Game of Thrones is to fantasy TV what The Wire was to cop shows, and Maisie Williams is the HBO series sword-wielding, cross-dressing star. Not That he 15 years-old Birtish actress is officially old enough to watch the programme. Maisie acquired an agent when she auditioned for Nanny McPhee and the Big Bang in 2008 and has since become the thinking teenager’s action heroine, upstaging a stellar cast as Game of Thrones fencer princess Arya. Still committed to dance over acting, Maisie took part last year in a flash mob dance-off in a shopping centre in her hometown of Bath.
Rebecca: Your character, Arya is the most excting role in Game of Thrones and there are a lot to choose from.
Maisie: Lots of people like her. I think it’s because she’s believable. There are fantasy elements to her story, but if you strip all of that away. she still feels like a real person. She makes really good decisions, and she’s got fantastic lines. In the first book, she’s 9, and I know that a 9 years-old killing someone doesn’t sound very likely, but somehow it works.
R: You’ve now finished filming series three.
M: Yes, and it’s my favourite. A lot happens to Arya.
R: But she can always fight herself out of any situation?
M: Yeah, there’s lots of sword-fighting… I started that in season one. It’s a bit like dancing. I thought I’d have to learn to fight, but it’s more like chorcography. I did couple of fencing lessons between seasons one and two so I could look a bit more natural with the sword. I think the man was baffled that I was learning it with my left hand.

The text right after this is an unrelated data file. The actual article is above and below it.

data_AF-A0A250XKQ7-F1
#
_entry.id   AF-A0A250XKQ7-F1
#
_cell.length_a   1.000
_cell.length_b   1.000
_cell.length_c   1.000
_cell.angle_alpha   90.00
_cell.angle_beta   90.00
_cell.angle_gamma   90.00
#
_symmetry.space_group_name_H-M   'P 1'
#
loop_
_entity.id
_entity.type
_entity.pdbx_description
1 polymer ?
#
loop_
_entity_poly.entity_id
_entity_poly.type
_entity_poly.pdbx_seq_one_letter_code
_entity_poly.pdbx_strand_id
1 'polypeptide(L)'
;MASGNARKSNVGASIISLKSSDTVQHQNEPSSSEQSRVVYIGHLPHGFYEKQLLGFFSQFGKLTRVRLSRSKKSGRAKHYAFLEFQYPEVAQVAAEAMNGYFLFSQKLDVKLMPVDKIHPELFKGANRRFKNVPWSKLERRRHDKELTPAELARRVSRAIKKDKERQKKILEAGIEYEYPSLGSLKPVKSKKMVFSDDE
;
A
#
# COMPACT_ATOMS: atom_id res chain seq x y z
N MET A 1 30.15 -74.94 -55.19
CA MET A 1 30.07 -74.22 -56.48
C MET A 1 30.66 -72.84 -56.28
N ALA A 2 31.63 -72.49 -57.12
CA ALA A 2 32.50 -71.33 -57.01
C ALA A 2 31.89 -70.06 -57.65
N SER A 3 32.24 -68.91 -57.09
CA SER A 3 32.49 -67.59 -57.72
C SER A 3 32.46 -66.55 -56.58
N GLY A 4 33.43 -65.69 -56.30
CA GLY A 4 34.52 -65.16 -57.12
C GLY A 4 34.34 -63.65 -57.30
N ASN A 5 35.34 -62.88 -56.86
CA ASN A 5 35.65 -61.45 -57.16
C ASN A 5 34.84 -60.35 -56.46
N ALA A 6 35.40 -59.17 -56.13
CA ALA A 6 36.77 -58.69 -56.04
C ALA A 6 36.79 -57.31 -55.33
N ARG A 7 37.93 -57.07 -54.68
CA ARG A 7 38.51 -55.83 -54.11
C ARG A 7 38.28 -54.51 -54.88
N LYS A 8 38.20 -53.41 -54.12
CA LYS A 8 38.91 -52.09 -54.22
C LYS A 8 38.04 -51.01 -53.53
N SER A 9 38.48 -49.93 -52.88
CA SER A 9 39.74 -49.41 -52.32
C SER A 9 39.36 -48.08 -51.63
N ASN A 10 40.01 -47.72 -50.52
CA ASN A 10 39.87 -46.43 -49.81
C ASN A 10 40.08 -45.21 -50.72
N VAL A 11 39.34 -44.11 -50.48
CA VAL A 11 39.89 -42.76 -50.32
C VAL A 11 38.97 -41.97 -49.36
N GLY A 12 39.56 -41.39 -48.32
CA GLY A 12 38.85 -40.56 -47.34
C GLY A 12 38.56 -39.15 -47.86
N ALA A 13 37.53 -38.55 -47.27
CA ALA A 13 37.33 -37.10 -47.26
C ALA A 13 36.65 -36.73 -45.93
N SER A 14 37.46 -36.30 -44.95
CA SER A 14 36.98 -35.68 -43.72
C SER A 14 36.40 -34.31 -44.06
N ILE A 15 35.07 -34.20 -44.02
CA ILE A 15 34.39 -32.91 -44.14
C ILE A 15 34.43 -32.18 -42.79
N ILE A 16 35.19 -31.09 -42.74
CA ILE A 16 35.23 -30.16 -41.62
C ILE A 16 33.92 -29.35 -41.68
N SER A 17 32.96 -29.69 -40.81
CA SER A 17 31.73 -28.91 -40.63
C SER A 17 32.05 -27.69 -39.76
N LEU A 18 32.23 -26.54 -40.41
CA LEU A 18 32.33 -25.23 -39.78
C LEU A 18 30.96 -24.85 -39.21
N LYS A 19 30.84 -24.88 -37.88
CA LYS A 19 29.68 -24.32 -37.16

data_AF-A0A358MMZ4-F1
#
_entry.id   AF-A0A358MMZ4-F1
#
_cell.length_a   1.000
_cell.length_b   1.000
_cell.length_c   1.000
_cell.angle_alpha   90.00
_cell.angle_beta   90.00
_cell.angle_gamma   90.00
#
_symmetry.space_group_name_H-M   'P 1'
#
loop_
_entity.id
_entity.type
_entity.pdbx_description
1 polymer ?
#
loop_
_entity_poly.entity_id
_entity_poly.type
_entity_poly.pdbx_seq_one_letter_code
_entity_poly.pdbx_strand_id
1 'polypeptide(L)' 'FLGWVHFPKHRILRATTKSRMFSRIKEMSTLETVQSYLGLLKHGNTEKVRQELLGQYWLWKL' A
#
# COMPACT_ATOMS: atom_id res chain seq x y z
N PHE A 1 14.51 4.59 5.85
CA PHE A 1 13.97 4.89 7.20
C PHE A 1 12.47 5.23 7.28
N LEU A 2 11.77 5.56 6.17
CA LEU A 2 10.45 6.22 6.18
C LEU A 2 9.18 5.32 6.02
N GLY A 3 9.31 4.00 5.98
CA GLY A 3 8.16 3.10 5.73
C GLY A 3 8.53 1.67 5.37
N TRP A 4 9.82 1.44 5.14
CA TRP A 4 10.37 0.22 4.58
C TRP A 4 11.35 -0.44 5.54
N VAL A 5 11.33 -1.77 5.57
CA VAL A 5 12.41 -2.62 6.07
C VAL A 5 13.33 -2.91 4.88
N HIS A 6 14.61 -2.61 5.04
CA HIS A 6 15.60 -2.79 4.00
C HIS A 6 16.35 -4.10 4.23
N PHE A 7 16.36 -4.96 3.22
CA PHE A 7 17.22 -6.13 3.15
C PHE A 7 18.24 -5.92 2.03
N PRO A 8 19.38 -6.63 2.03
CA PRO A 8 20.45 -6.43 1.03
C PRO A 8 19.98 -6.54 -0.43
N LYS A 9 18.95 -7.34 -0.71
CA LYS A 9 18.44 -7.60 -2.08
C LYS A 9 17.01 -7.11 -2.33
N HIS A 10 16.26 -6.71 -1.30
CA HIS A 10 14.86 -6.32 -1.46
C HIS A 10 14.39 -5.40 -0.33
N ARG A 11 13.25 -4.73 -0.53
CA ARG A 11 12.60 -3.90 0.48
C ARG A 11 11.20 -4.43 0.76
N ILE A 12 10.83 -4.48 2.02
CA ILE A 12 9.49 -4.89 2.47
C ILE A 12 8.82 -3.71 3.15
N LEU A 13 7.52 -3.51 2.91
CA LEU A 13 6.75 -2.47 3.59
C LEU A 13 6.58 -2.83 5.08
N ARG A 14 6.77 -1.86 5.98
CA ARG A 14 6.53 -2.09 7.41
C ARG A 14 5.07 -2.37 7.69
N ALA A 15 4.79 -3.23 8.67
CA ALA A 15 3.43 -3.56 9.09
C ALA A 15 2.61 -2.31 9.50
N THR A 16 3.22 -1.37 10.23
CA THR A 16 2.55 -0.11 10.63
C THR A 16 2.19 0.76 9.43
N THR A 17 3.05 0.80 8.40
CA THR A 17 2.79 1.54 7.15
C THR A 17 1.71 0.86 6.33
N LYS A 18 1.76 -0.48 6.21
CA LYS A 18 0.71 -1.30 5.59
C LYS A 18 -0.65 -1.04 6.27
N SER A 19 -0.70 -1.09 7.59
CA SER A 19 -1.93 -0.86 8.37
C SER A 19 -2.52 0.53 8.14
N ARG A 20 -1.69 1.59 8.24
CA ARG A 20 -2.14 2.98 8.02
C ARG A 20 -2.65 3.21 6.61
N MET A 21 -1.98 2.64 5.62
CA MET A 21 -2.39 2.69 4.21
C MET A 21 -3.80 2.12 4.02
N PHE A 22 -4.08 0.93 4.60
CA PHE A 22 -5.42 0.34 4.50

R: Are you left-handed?
M: No, but Arya is. There are some really die-hard fans out there, and I wanted to stay true to the books that George R. R. Martin had written. I didn’t realise how much I’d end up doing with my left arm – even little things like holding jugs opening doors and so on. Everyone plans it as thoughI’m going to be holding it with my right hand, then I come in and go, “Ooh, sorry, I’m going to be doing it with my left hand”, and they have to change it all around.
R: Game of Thrones has one of the longest pre-broadcast warnings I’ve ever heard, alerting the audience to strong bloody violence, sex, nudity and gory images.
M: I know! it does make me laugh.
R: Have you always been allowed to watch it?
M: Yeah. We’d seen episodes one and two at a little private screening. All my family came round to ours – young relatives, aunties, uncles, Nan – and I sat in the corner knowing what was coming. That was embarrassing. When my mum watches it, she gets quite nervous for my bits – not that she’s embarrassed, just that she’s nervous because her daughter’s on a big TV show. So she watches […]